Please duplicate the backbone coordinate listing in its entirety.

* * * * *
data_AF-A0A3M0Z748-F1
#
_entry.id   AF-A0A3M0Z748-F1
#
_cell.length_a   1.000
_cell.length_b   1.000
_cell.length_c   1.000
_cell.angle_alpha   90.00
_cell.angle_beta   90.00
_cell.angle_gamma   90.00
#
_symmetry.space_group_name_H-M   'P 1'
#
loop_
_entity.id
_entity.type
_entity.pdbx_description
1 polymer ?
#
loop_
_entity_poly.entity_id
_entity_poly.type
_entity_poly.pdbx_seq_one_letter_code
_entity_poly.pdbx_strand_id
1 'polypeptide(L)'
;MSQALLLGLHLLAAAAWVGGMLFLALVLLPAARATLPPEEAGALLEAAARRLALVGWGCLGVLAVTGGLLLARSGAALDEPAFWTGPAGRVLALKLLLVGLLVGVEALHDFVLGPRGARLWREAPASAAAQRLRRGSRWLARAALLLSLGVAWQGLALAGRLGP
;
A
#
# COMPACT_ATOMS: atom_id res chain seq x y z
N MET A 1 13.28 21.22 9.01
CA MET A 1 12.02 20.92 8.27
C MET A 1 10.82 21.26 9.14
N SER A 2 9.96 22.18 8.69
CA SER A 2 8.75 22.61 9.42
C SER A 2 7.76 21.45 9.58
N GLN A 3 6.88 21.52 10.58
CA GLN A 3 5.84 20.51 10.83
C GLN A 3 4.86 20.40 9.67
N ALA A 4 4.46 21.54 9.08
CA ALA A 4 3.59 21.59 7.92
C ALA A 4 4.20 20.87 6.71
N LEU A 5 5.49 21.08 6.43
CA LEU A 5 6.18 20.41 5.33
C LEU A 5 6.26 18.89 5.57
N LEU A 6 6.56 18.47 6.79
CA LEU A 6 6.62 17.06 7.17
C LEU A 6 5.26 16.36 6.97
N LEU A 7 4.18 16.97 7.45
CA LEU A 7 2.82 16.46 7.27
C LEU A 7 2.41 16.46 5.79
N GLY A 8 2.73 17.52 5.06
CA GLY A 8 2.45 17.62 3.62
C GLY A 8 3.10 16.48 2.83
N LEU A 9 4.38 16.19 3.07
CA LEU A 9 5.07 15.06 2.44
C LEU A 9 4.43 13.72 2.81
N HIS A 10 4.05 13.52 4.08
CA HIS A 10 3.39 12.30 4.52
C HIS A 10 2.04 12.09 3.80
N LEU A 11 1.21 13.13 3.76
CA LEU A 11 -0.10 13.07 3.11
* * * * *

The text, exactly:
data_AF-A0A3M0Z748-F1
#
_entry.id   AF-A0A3M0Z748-F1
#
_cell.length_a   1.000
_cell.length_b   1.000
_cell.length_c   1.000
_cell.angle_alpha   90.00
_cell.angle_beta   90.00
_cell.angle_gamma   90.00
#
_symmetry.space_group_name_H-M   'P 1'
#
loop_
_entity.id
_entity.type
_entity.pdbx_description
1 polymer ?
#
loop_
_entity_poly.entity_id
_entity_poly.type
_entity_poly.pdbx_seq_one_letter_code
_entity_poly.pdbx_strand_id
1 'polypeptide(L)'
;MSQALLLGLHLLAAAAWVGGMLFLALVLLPAARATLPPEEAGALLEAAARRLALVGWGCLGVLAVTGGLLLARSGAALDEPAFWTGPAGRVLALKLLLVGLLVGVEALHDFVLGPRGARLWREAPASAAAQRLRRGSRWLARAALLLSLGVAWQGLALAGRLGP
;
A
#
# COMPACT_ATOMS: atom_id res chain seq x y z
N MET A 1 13.28 21.22 9.01
CA MET A 1 12.02 20.92 8.27
C MET A 1 10.82 21.26 9.14
N SER A 2 9.96 22.18 8.69
CA SER A 2 8.75 22.61 9.42
C SER A 2 7.76 21.45 9.58
N GLN A 3 6.88 21.52 10.58
CA GLN A 3 5.84 20.51 10.83
C GLN A 3 4.86 20.40 9.67
N ALA A 4 4.46 21.54 9.08
CA ALA A 4 3.59 21.59 7.92
C ALA A 4 4.20 20.87 6.71
N LEU A 5 5.49 21.08 6.43
CA LEU A 5 6.18 20.41 5.33
C LEU A 5 6.26 18.89 5.57
N LEU A 6 6.56 18.47 6.79
CA LEU A 6 6.62 17.06 7.17
C LEU A 6 5.26 16.36 6.97
N LEU A 7 4.18 16.97 7.45
CA LEU A 7 2.82 16.46 7.27
C LEU A 7 2.41 16.46 5.79
N GLY A 8 2.73 17.52 5.06
CA GLY A 8 2.45 17.62 3.62
C GLY A 8 3.10 16.48 2.83
N LEU A 9 4.38 16.19 3.07
CA LEU A 9 5.07 15.06 2.44
C LEU A 9 4.43 13.72 2.81
N HIS A 10 4.05 13.52 4.08
CA HIS A 10 3.39 12.30 4.52
C HIS A 10 2.04 12.09 3.80
N LEU A 11 1.21 13.13 3.76
CA LEU A 11 -0.10 13.07 3.11